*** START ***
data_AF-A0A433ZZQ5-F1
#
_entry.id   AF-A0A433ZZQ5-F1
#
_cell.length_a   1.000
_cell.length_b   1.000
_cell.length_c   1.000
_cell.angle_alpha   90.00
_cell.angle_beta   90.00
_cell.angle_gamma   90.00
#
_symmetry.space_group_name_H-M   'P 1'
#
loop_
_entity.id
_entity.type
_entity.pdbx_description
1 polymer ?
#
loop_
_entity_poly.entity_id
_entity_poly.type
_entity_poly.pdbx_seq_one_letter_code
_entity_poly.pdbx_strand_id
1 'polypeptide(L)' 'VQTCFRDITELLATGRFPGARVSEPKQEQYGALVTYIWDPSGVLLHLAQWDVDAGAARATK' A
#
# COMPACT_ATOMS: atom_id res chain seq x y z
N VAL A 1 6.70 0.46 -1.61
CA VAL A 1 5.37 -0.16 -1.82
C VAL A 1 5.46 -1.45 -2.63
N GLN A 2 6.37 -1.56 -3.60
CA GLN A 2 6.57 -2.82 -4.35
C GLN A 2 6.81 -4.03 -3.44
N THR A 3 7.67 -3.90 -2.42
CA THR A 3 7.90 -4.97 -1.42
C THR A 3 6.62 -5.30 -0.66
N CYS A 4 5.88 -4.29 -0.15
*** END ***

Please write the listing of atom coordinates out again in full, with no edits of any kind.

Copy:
data_AF-A0A433ZZQ5-F1
#
_entry.id   AF-A0A433ZZQ5-F1
#
_cell.length_a   1.000
_cell.length_b   1.000
_cell.length_c   1.000
_cell.angle_alpha   90.00
_cell.angle_beta   90.00
_cell.angle_gamma   90.00
#
_symmetry.space_group_name_H-M   'P 1'
#
loop_
_entity.id
_entity.type
_entity.pdbx_description
1 polymer ?
#
loop_
_entity_poly.entity_id
_entity_poly.type
_entity_poly.pdbx_seq_one_letter_code
_entity_poly.pdbx_strand_id
1 'polypeptide(L)' 'VQTCFRDITELLATGRFPGARVSEPKQEQYGALVTYIWDPSGVLLHLAQWDVDAGAARATK' A
#
# COMPACT_ATOMS: atom_id res chain seq x y z
N VAL A 1 6.70 0.46 -1.61
CA VAL A 1 5.37 -0.16 -1.82
C VAL A 1 5.46 -1.45 -2.63
N GLN A 2 6.37 -1.56 -3.60
CA GLN A 2 6.57 -2.82 -4.35
C GLN A 2 6.81 -4.03 -3.44
N THR A 3 7.67 -3.90 -2.42
CA THR A 3 7.90 -4.97 -1.42
C THR A 3 6.62 -5.30 -0.66
N CYS A 4 5.88 -4.29 -0.15